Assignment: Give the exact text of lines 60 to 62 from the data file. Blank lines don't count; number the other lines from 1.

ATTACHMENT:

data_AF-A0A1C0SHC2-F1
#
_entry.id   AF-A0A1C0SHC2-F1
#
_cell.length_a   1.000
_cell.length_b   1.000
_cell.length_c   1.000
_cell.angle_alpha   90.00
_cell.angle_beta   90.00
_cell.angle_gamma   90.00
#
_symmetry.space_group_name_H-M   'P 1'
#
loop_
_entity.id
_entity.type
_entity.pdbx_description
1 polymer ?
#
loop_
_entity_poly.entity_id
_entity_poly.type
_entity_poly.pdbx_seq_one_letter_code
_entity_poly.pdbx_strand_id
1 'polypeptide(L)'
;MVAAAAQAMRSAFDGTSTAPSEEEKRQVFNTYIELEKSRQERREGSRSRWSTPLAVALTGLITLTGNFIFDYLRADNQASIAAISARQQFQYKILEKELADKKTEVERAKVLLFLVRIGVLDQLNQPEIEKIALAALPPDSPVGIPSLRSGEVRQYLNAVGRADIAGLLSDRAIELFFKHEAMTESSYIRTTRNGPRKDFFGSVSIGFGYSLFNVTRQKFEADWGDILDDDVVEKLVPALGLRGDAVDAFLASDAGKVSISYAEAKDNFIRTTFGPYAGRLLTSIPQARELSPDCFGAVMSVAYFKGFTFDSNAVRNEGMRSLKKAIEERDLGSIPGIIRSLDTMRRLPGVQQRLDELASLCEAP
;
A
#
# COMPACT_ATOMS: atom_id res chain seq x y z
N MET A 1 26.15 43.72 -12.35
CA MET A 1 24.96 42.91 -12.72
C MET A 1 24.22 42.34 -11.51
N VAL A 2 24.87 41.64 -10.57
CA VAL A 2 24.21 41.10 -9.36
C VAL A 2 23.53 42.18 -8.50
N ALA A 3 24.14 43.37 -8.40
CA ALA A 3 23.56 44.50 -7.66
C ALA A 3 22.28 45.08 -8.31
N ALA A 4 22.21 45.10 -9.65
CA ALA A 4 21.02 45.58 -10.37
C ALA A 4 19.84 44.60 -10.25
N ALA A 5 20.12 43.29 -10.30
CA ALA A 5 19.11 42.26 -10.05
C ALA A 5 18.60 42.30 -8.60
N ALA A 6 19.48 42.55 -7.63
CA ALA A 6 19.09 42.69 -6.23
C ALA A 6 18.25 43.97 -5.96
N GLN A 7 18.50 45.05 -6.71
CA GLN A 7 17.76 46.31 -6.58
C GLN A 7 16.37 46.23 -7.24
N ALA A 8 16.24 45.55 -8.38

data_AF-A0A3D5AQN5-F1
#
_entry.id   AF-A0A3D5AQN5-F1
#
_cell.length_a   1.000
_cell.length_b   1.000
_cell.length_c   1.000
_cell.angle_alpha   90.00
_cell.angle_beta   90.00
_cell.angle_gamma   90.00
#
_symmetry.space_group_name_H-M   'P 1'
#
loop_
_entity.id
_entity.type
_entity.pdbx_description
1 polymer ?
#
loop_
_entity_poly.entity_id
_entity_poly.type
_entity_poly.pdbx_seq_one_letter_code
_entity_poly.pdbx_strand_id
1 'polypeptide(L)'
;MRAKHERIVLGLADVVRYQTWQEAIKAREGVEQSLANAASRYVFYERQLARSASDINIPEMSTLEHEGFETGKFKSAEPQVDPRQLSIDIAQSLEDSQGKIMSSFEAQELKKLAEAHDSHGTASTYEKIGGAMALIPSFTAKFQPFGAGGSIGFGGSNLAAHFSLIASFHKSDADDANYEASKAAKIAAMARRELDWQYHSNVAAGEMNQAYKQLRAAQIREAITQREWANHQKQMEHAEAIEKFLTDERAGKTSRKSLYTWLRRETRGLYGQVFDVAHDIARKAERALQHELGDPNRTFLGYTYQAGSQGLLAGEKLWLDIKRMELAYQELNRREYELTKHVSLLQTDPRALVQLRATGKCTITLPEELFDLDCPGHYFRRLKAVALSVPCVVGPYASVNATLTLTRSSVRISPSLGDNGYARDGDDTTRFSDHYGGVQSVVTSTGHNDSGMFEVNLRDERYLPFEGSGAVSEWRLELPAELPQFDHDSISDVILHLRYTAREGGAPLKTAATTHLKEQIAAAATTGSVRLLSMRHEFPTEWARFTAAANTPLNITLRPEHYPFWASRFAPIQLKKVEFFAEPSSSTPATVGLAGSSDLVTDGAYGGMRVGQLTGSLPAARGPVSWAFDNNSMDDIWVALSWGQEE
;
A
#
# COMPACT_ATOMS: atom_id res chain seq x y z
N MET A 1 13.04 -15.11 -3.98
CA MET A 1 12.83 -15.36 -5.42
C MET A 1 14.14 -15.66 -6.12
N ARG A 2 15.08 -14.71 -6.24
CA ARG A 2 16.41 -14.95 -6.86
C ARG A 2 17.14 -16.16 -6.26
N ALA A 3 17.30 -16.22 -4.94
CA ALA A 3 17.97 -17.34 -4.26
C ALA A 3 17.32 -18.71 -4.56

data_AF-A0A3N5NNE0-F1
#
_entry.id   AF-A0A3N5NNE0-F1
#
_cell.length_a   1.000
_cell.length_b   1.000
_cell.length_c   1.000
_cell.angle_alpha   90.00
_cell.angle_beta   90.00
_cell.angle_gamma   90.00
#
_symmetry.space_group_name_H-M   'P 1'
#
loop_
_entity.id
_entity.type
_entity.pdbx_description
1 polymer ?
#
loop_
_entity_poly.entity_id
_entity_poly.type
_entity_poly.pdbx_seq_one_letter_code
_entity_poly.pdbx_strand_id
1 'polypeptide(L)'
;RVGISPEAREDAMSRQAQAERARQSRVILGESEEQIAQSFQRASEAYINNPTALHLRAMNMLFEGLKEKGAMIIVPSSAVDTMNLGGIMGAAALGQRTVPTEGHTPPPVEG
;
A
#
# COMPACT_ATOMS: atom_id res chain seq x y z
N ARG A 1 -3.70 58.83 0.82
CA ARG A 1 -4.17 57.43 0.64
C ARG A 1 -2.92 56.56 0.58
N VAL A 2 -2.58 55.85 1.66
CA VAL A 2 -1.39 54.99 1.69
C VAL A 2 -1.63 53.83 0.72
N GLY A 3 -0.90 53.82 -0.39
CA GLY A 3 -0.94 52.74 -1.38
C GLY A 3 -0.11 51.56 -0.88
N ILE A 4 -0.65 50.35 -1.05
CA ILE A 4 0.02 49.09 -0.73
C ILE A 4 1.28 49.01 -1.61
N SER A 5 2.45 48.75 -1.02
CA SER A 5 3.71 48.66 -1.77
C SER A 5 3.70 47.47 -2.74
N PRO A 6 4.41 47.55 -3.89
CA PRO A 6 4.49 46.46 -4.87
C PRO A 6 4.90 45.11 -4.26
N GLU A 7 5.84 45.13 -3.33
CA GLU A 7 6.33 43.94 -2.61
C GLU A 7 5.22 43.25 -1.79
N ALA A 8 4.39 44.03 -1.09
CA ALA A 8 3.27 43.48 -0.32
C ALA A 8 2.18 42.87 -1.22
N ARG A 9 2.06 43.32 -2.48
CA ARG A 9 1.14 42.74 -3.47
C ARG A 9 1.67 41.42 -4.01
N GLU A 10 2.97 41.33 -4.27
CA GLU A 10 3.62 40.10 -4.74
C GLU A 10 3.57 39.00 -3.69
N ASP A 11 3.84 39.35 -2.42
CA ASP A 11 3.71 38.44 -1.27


_cell.angle_alpha   90.00
_cell.angle_beta   90.00
_cell.angle_gamma   90.00